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Europe’s Infrastructure Transition

Economy, War, Nature
Europe’s Infrastructure Transition poster

How can infrastructures divide and unite people and places at the same time? How were they beneficial for supplying food, or used for waging wars on scales yet unknown?

Europe's Infrastructure Transition reframes the conflicted story of modern European history by taking material networks as its point of departure. Appealingly, the authors include our natural world as well. You will find out about the priorities set and the choices made in constructing transnational infrastructure connections - within and beyond the continent. Moreover, the book introduces an alternative set of historically-key individuals, organizations, and companies in the making of modern Europe and analyzes roads both taken and ignored.


Per Högselius
Per Högselius Professor

Per Högselius (1973) is Professor at the Division of History of Science and Technology, Royal Institute of Technology (KTH), Stockholm. He holds an MSc degree in Engineering Physics and History of Technology from KTH, a PhD in Innovation Studies from Lund University (Sweden) and a Docent degree (habilitation) in History of Science and Technology from KTH. He has also been a guest researcher at Bocconi University, Milan, and worked as an independent expert for the OECD. His research has focused on East-West relations in the history of science, technology and environment, with an emphasis on telecommunications, nuclear energy, electricity and natural gas – resulting, among other things, in a number of books published by leading academic publishers in Sweden, Germany, Britain and the United States. In Sweden, he is also active as an author of popular history books and technology- and culture-related newspaper essays. For more information feel free to visit: http://www.perhogselius.com

Erik van der Vleuten
Erik van der Vleuten Professor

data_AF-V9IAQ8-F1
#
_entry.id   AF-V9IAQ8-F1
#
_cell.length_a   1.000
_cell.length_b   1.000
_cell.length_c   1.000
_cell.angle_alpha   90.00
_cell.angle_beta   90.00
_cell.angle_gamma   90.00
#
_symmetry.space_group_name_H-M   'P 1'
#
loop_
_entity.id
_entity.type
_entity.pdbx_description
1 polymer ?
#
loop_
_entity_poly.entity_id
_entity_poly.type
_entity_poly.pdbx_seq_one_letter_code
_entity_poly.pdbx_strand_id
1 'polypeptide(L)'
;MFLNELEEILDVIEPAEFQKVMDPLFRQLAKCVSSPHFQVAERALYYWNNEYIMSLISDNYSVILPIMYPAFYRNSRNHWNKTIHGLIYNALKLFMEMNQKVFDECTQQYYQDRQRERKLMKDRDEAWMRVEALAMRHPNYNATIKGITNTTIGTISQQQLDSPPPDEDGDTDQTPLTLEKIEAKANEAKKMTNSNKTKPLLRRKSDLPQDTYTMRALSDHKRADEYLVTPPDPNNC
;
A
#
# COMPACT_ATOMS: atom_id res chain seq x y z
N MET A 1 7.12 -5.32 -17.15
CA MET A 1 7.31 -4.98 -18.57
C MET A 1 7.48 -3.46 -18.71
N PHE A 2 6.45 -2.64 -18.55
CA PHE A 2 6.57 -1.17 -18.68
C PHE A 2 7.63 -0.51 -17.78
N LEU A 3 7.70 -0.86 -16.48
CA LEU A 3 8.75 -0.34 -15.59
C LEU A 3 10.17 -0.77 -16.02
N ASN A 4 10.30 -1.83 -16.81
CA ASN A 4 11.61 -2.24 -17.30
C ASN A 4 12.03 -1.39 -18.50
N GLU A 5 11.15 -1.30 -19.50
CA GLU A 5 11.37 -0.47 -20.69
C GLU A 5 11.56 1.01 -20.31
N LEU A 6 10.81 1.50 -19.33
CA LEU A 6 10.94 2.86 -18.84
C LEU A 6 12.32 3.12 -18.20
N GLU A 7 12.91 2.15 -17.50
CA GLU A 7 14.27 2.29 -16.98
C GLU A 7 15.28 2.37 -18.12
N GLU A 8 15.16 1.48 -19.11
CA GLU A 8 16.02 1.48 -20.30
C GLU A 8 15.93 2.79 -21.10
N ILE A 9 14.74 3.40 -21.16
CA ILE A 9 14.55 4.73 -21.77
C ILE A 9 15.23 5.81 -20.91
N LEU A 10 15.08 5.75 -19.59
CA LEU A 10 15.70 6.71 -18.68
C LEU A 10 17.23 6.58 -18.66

Erik van der Vleuten is Professor of History of Technology at Eindhoven University of Technology, the Netherlands, and scientific director of the Foundation for the History of Technology SHT. His latest books are Europe’s Infrastructure Transition: Economy, War, Nature (2015, with Per Högselius and Arne Kaijser) and Engineering the Future, Understanding the Past: A Social History of Technology (2017, with Ruth Oldenziel and Mila Davids).

Arne Kaijser
Arne Kaijser Professor
Arne Kaijser is Professor emeritus of History of Technology at KTH Royal Institute of Technology, Stockholm, Sweden. He was President of SHOT 2009-2010, and has been engaged in the Tensions of Network since its beginning. He has been co-editor of the books Networking Europe: Transnational Infrastructures and the shaping of Europe, 1850-2000 (2006) and The making of Europe´s Critical Infrastructure (2013) and a co-author of Europe’s Infrastructure Transition: Economy, War, Nature (2015).


  • "In a richly-textured and original study, Högselius, van der Vleuten and Kaijser explore how system builders – engineers, officials, and others – made 19th and 20th century Europe. They built transport, energy, communication and other infrastructures. They believed in progress, in economic growth ending forever war, and in their ability to alter nature for the better. The authors show that, despite their bold utopian intentions, the builders encountered political uncertainties, national technical vulnerabilities, and unexpected and severe environmental costs that still have done little to dampen their enthusiasm. This book should be of interest to broad audiences."

    Paul R. Josephson
    Colby College, USA
  • "At once finely detailed and ambitiously synthetic, this work reveals infrastructure as an agent of history. From the first railway tracks of the 1830s to migrants walking those tracks today, changing means of circulation have redefined the meaning of 'Europe.' This brave and persuasive history of infrastructure space will inspire similar studies of other regions."

    Rosalind H Williams
    Massachusetts Institute of Technology, USA
  • "A tour de force that marks a new era of Braudelian 'total history.' Probes the material roots of European modernity: the technological systems and networks that undergird today's Europe of integration, circulation, flows, borders, and barriers. Europe's Infrastructure Transition reveals the contradictory human aims that have made these systems powerful agents of historical and environmental change."

    Eda Kranakis
    University of Ottawa, Canada

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